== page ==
2:00 – 4:00 PM at the National Hellenic Museum
Cost: $15 non-members, $10 NHM, $5 students
The Refugee Crisis by Hannibal Travis
Hannibal Travis is a professor of law at Florida International University College of Law. He is the author of Genocide in the Middle East: The Ottoman Empire, Iraq, and Sudan (Carolina Academic, 2010), The Assyrian Genocide: Cultural and Political Legacies (Routledge, 2017), , and ‘‘On the Original Understanding of the Crime of Genocide,’’ GSP 7.1 (2012).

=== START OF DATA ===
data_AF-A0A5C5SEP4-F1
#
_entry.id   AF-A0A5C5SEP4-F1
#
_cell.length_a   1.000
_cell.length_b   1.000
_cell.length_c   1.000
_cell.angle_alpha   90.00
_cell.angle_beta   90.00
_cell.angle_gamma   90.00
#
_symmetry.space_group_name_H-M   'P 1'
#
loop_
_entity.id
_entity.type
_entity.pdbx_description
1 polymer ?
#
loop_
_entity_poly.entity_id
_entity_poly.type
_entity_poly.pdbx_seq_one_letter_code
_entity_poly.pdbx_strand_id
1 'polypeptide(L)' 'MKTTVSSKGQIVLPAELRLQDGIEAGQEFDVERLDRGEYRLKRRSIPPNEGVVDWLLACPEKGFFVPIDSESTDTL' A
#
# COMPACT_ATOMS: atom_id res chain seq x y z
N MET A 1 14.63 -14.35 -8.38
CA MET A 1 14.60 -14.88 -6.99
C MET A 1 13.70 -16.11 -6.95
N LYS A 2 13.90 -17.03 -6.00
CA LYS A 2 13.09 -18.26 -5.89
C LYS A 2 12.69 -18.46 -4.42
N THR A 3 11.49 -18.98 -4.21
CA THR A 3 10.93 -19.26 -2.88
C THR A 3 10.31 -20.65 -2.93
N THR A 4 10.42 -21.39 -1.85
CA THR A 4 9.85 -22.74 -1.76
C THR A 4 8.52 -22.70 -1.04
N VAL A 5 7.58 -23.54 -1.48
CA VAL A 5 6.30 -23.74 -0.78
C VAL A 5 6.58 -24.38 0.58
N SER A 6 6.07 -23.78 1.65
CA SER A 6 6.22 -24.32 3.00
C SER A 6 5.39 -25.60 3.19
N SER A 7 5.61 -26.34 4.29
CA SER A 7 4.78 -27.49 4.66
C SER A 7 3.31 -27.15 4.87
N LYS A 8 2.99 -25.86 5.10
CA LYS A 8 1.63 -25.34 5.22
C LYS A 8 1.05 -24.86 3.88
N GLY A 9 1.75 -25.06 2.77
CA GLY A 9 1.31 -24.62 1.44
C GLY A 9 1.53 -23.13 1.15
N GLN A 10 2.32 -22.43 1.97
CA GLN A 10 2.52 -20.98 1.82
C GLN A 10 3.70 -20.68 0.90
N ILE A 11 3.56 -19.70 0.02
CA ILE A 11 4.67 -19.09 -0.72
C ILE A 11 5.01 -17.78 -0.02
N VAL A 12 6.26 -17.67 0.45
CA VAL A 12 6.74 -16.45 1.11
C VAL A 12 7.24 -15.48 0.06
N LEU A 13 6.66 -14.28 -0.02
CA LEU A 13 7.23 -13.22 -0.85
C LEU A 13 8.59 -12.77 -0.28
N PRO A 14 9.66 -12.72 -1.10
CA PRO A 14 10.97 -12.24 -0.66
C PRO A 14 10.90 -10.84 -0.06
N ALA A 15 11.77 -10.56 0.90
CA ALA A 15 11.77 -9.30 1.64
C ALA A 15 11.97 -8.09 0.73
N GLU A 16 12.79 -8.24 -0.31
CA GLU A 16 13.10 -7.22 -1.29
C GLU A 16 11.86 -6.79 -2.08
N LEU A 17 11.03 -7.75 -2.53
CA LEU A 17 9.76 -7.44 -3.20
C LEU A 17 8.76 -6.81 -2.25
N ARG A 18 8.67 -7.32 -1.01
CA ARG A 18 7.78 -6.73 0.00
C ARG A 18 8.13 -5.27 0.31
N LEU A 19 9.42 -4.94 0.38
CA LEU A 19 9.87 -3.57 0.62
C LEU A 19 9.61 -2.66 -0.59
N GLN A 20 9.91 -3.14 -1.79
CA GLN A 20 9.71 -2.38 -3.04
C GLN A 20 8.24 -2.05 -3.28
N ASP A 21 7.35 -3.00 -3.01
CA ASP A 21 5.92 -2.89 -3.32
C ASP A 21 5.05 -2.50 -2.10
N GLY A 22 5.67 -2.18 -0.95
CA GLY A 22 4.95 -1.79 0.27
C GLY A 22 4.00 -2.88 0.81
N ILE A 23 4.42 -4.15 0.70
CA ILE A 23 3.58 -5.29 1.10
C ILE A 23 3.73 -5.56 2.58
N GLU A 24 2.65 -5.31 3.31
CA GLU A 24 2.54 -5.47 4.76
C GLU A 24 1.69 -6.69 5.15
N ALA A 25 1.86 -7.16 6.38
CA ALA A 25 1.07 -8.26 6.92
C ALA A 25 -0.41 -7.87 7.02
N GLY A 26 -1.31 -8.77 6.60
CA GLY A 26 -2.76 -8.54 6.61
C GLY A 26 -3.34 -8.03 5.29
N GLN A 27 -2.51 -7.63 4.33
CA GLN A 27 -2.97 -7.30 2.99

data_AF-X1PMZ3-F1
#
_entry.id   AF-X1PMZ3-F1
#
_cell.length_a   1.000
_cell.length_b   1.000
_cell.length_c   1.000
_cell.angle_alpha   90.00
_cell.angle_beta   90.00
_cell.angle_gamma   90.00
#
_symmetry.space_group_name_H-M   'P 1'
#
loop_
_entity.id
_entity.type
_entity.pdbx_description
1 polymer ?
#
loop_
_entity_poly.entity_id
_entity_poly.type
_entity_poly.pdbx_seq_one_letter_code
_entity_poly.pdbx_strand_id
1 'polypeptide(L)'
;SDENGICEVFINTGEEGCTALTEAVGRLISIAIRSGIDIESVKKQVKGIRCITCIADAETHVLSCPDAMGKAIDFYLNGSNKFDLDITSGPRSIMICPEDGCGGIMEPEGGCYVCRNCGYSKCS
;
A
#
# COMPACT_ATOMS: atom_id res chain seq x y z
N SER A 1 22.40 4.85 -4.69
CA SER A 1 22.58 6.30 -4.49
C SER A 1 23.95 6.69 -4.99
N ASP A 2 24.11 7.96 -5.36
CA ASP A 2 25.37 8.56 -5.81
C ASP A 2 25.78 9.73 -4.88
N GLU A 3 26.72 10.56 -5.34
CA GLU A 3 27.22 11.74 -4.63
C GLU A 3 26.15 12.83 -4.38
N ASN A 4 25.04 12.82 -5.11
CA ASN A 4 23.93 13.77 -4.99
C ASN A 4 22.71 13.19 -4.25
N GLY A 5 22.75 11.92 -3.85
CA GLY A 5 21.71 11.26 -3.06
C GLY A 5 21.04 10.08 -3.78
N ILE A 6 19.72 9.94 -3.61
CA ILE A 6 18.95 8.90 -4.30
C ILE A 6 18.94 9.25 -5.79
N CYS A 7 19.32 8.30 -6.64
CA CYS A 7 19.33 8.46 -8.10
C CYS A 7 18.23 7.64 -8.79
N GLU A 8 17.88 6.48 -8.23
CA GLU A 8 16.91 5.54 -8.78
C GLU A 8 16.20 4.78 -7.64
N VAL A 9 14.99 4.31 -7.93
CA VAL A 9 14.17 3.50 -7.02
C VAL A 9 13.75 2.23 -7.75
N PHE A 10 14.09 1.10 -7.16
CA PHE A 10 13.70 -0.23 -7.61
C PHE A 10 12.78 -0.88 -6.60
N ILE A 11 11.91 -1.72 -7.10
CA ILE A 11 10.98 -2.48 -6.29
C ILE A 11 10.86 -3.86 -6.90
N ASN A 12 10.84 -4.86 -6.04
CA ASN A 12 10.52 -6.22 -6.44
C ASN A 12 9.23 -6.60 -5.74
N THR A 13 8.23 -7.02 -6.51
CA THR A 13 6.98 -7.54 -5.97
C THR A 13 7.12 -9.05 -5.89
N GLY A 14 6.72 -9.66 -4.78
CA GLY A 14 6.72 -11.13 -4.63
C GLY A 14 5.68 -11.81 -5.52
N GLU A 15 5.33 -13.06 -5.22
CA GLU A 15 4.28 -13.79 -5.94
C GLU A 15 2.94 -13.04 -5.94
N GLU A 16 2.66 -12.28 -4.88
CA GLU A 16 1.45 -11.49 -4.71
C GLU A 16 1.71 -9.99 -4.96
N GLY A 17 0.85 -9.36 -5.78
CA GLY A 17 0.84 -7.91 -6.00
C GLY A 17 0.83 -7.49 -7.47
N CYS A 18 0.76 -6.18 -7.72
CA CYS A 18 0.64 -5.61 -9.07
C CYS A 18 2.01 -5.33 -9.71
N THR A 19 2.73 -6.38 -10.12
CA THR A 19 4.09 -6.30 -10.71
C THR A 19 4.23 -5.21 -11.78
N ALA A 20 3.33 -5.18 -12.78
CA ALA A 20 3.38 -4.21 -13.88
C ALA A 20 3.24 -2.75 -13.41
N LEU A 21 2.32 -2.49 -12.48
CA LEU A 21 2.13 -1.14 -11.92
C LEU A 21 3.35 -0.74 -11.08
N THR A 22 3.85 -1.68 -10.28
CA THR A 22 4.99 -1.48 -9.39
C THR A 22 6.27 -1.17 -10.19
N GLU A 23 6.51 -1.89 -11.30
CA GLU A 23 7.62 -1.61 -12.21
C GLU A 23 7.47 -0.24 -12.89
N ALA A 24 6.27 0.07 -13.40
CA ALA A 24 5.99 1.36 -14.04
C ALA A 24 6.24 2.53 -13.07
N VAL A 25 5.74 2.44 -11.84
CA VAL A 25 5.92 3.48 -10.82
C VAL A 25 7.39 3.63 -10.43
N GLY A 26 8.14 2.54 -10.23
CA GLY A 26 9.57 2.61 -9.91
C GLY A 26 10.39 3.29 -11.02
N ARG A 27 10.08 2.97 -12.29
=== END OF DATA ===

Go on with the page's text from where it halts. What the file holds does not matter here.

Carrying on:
Genocide by deportation facilitates denial of the crime. Few could deny that genocide by direct killing of a racial or religious group would constitute a massive crime. Yet in the context of contemporary genocides, international criminal tribunals and legal experts have doubted that there was genocidal intent on the part of states or state actors where most of a genocide’s mortality resulted from forced displacement. This talk explores whether genocide may take place by means of deportation into circumstances of life bringing about large-scale premature deaths from hunger, disease, exposure, and homelessness. It covers various case studies of genocide that have contributed to the drafting or interpretation of Article II(c) and II(e) of the Genocide Convention, including the Ottoman Christian genocide, the Holocaust, the genocide in Bosnia and Herzegovina, and genocide in Iraq and Sudan. The talk concludes with an analysis of circumstances in which deportation and forced relocation could give rise to a finding of genocidal intent, whether by courts, legislatures, or heads of state.